NOTE: There was a mix up in which this column was actually published on 7/26/12 and the column I listed here for 7/26 actually ran on 8/9/12.
There have been public indecency laws on the books across the nation for a few centuries now. As time goes by, many things once considered indecent are now societal norms. For instance, it was once considered indecent for a woman to have a bathing suit with exposed knees and arms. Nowadays we can find more cotton inside an aspirin bottle than in some bikini tops. Laws have evolved over time, but the concept that there are some things that are just plain contrary to societal acceptance and tolerance is not.
In one Harnett County town, there is a new ordinance that has been proposed that would ban saggy pants and exposed underwear and fine repeat offenders. I am not talking about the inadvertent “plumber’s crack”, I am talking about the purposeful wearing of pants very low and boxer shorts high. What began as a signal to fellow prison inmates that one was ready to be sodomized has now become a public symbol of defiance and disrespect. Dunn Mayor Pro Tem Carnell Robinson has had enough of the public display of disrespect and has proposed the ordinance that will be up for consideration in August. Robinson was quoted as saying, “I believe this form of dress is totally disrespectful. (This is) just a simple matter of the community re-establishing some standards." He claims that the wearing of sagging britches “is part of a culture that breeds drug sales, drug addictions, crime, and murder. That is not what I want for our community.”
Normally I am very libertarian in my beliefs about personal behavior and choice. However, I rather side with Carnell Robinson on this issue. I try to teach my children modesty and decency. One of the things I love about my bride and attracted me to her is her propensity for modesty in her apparel. I wish to instill that into my three boys. However, I already have one boy who attempts to emulate the trashy dress of exposed undergarments and certain style apparel because he sees it modeled before him in school and on the street.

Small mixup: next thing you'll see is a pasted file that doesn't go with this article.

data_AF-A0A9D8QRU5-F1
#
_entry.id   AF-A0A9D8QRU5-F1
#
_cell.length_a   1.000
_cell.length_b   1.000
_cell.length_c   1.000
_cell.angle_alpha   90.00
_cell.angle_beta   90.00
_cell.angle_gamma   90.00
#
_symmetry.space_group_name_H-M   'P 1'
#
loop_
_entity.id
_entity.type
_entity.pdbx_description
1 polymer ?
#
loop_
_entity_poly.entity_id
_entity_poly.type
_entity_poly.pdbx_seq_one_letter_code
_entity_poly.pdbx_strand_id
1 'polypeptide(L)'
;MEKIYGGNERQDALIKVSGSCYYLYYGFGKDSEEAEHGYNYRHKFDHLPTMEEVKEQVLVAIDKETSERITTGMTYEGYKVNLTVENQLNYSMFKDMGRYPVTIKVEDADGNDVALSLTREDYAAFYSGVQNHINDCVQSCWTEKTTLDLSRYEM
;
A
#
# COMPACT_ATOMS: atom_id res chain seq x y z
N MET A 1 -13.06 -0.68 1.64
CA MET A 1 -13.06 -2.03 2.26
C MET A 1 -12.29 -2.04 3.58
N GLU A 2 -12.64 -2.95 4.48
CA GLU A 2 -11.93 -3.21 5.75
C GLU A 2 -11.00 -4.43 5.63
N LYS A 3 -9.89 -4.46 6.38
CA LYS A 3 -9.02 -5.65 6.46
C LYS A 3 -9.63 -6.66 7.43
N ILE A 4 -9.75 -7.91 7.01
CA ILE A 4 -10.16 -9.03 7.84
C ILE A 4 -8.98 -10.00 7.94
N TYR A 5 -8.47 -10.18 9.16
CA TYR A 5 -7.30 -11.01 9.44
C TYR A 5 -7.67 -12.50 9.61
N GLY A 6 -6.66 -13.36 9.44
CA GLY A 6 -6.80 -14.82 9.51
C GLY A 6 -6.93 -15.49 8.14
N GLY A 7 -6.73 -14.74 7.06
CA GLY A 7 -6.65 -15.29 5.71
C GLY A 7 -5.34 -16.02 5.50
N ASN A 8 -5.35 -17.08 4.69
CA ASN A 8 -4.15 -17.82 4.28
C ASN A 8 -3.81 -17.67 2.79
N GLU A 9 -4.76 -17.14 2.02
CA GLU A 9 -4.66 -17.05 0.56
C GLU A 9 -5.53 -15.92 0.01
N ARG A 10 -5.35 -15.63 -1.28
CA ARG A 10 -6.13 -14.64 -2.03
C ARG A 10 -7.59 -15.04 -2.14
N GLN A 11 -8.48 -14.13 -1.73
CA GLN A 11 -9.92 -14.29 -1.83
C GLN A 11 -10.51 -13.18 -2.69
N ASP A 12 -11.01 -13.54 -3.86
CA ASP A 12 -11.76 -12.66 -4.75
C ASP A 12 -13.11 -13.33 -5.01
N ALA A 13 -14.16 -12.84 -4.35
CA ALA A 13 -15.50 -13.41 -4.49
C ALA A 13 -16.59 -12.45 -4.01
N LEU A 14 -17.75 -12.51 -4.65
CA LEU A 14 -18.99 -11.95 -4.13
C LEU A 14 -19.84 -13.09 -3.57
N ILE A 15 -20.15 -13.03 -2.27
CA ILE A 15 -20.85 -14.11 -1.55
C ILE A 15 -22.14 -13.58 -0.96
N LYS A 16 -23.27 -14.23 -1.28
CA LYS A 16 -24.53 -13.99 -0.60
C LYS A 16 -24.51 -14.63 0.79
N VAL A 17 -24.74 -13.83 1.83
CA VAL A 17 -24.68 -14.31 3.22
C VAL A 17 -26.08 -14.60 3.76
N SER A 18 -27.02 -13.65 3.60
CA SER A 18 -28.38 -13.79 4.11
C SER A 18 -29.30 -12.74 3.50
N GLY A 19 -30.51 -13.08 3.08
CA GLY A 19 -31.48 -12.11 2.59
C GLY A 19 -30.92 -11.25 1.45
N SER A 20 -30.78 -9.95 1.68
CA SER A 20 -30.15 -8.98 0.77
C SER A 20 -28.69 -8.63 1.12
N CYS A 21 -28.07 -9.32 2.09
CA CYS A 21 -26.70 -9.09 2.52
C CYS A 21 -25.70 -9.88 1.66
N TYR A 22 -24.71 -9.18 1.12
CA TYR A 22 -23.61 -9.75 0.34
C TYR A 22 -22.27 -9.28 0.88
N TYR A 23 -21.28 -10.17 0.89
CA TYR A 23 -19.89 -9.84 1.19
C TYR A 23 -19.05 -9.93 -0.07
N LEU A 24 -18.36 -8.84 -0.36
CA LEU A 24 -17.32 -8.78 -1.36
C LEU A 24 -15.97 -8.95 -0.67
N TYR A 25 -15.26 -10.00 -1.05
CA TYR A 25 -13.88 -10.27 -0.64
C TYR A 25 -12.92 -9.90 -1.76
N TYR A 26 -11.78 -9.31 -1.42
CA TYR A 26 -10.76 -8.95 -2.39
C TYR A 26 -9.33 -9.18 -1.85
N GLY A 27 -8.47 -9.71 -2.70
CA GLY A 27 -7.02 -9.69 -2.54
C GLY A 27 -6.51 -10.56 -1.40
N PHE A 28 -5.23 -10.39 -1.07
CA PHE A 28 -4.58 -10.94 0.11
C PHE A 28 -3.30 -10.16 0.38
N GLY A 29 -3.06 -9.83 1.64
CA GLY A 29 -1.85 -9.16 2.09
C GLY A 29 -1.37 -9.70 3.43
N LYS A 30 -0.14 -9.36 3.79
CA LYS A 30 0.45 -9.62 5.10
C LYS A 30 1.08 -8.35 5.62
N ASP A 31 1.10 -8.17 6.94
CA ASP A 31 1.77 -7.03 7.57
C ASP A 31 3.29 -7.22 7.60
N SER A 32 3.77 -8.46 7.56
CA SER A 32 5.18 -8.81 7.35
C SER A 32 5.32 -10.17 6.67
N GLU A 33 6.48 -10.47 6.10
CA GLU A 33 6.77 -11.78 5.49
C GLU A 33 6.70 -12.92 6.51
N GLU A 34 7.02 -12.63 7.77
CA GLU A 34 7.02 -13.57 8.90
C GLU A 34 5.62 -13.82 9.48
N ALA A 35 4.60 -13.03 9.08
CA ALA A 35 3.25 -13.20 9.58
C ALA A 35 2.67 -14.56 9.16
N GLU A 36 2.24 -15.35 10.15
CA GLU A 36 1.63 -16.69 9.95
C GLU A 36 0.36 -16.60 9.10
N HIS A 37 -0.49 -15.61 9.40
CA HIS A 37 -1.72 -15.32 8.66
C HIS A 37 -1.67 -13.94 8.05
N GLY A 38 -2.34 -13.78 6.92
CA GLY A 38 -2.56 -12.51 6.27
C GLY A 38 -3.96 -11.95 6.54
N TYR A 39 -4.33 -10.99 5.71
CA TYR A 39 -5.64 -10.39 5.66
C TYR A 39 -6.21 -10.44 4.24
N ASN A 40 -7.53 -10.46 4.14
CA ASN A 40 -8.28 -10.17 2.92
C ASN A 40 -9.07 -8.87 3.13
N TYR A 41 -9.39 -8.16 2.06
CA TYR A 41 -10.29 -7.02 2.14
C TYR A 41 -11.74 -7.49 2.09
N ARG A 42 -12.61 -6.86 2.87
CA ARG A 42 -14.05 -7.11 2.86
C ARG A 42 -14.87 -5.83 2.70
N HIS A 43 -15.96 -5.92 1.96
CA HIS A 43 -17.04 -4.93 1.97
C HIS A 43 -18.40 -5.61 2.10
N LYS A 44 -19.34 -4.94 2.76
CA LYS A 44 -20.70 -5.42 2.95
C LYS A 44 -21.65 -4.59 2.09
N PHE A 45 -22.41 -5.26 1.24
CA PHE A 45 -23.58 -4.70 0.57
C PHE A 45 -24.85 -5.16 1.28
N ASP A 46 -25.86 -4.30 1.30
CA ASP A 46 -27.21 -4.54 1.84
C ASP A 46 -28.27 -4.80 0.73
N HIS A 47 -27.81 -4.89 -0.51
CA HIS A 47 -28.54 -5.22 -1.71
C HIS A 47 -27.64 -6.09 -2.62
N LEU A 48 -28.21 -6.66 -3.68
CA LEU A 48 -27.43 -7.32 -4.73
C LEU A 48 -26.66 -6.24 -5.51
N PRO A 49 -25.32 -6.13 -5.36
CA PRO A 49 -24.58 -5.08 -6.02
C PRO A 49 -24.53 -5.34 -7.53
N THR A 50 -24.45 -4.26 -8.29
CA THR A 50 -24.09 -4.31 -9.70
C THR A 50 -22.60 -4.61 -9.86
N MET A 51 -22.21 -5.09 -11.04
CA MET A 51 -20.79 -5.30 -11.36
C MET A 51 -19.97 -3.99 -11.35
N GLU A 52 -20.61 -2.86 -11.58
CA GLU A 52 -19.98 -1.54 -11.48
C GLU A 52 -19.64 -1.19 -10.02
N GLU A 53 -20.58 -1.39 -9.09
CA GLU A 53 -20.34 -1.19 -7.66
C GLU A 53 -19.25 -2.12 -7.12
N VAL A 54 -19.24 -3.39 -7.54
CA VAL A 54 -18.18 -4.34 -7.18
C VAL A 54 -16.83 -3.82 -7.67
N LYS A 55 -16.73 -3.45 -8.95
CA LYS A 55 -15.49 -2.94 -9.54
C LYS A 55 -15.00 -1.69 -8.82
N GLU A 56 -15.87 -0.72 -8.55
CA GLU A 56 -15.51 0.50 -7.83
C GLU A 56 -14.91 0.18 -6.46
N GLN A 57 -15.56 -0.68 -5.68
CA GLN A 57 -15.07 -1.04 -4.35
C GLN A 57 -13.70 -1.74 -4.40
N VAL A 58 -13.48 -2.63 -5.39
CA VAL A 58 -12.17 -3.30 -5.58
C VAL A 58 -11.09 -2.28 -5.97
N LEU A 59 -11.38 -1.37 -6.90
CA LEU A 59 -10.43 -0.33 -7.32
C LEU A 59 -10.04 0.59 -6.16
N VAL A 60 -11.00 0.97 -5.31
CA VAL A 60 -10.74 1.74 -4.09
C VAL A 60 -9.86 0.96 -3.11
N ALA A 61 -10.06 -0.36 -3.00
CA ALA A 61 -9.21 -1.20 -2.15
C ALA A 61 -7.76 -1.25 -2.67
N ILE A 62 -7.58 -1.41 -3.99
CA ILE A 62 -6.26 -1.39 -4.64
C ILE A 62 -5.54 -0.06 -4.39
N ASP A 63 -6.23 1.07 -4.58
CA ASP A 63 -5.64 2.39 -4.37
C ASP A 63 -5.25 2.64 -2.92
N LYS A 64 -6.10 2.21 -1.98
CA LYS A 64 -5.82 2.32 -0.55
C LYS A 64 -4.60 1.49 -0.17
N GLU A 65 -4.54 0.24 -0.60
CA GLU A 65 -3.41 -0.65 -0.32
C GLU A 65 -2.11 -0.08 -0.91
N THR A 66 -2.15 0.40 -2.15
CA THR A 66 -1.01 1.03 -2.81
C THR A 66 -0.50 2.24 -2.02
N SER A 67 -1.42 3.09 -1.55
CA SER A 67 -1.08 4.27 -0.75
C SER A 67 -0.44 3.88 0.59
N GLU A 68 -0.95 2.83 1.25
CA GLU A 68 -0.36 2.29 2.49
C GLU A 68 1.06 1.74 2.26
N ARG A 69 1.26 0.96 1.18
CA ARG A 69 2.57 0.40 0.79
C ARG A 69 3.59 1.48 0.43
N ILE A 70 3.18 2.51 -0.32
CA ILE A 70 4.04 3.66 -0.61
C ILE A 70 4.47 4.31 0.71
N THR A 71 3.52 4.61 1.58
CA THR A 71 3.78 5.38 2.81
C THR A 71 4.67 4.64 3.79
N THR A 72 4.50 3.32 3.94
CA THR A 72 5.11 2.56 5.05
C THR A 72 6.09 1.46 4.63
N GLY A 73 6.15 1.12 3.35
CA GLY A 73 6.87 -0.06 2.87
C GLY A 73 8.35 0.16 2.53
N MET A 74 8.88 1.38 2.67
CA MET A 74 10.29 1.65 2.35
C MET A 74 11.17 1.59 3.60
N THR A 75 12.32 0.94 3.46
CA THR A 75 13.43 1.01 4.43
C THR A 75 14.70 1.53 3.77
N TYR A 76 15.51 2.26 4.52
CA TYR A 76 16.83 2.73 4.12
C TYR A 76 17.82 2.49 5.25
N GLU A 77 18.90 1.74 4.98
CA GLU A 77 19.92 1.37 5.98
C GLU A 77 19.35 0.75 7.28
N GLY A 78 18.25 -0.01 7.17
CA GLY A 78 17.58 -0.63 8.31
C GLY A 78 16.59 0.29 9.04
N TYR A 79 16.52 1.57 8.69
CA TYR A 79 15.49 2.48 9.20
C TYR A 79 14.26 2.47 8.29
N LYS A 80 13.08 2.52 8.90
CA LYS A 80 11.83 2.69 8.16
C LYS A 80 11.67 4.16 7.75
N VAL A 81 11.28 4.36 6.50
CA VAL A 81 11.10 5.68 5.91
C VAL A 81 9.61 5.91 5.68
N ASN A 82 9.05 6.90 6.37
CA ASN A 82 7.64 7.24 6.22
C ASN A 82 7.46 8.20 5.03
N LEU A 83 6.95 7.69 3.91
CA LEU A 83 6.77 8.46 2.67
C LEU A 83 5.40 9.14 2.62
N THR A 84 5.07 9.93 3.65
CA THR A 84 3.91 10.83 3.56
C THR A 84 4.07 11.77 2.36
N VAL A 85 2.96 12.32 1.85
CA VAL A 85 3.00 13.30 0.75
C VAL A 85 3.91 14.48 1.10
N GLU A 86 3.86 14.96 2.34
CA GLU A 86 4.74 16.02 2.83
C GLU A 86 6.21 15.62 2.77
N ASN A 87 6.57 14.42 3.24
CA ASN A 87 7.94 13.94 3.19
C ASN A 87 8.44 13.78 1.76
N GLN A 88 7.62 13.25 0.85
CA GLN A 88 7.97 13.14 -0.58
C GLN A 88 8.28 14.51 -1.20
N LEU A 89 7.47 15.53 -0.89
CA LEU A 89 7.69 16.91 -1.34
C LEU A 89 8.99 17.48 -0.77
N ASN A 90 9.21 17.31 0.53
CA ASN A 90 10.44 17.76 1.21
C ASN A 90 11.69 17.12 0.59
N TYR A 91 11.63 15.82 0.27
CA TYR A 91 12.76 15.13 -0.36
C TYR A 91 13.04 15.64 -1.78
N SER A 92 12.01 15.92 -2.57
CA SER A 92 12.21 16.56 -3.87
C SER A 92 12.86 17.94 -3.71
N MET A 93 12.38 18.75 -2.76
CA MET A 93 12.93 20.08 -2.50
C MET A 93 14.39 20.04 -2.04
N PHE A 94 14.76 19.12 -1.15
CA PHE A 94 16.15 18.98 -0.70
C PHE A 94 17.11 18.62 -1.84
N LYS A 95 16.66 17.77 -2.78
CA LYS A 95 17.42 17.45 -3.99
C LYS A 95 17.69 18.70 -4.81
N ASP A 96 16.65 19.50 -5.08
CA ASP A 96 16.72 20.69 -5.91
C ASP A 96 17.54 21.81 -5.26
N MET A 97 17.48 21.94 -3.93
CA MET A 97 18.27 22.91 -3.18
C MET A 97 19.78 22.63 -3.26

For years I have lamented the obnoxious behavior of purposely exposed underwear. It is just plain rude and disrespectful. That sort of attitude is prevalent in a particular cultural paradigm and is not necessarily inherent to a particular ethnic group. I do realize, however, that predominantly this behavior is exhibited by young males in the Black community. I am sure that there would be a great outcry in Harnett County if the town ordinance was proposed by a White guy. Carnell Robinson, however, is not Caucasian. He is an articulate, older, Black gentleman who is exercising common sense. If we both support the idea of a standard of public decency and the wearing of exposed underwear is mostly done by young Blacks, does this make us racists, or does it simply mean that we both believe in appropriate public conduct? Robinson and I are probably very opposite in many opinions. I am a big White guy who is extremely conservative. He is chair of the North Carolina Black Leadership Caucus, and I am looking at him posing for a picture with President Barack Obama posted on the North Carolina Black Leadership Caucus web site right now. Still, we agree on the concept of public decency as pertaining to high riding boxer shorts and low riding denim.
At one time, a local convenience store had a sign posted on their door saying that people with exposed undergarments were not allowed in their store. Last week I wrote about businesses that can attract or drive away patrons by their stances on certain issues. This is one business that I applauded for this stance and I patronize them on a regular basis as a result. Granted, I usually use their gas pumps and car wash, so I don’t know if that sign is still on their door, but they have gotten thousands of dollars of my business over the years as a result.
Considering that there are long standing public indecency laws across the country dealing with such things as public sexual behavior, nudity, and even dress codes, I have no problem with a local community deciding its own standards of reasonable public behavior. However, this particular one is more than just a dress code; it is about showing a little respect for one’s self and the rest of society. I wish that more communities would care about disrespectful and indecent behavior and consider the adoption of similar standards. Until that happens, I have this simple plea. Pull up your pants! You look doggone stupid and show your disdain for everyone around you and the community. The only saving grace to your wearing your pants dragging the ground is that it will be hard to run from the police when your pants are around your ankles.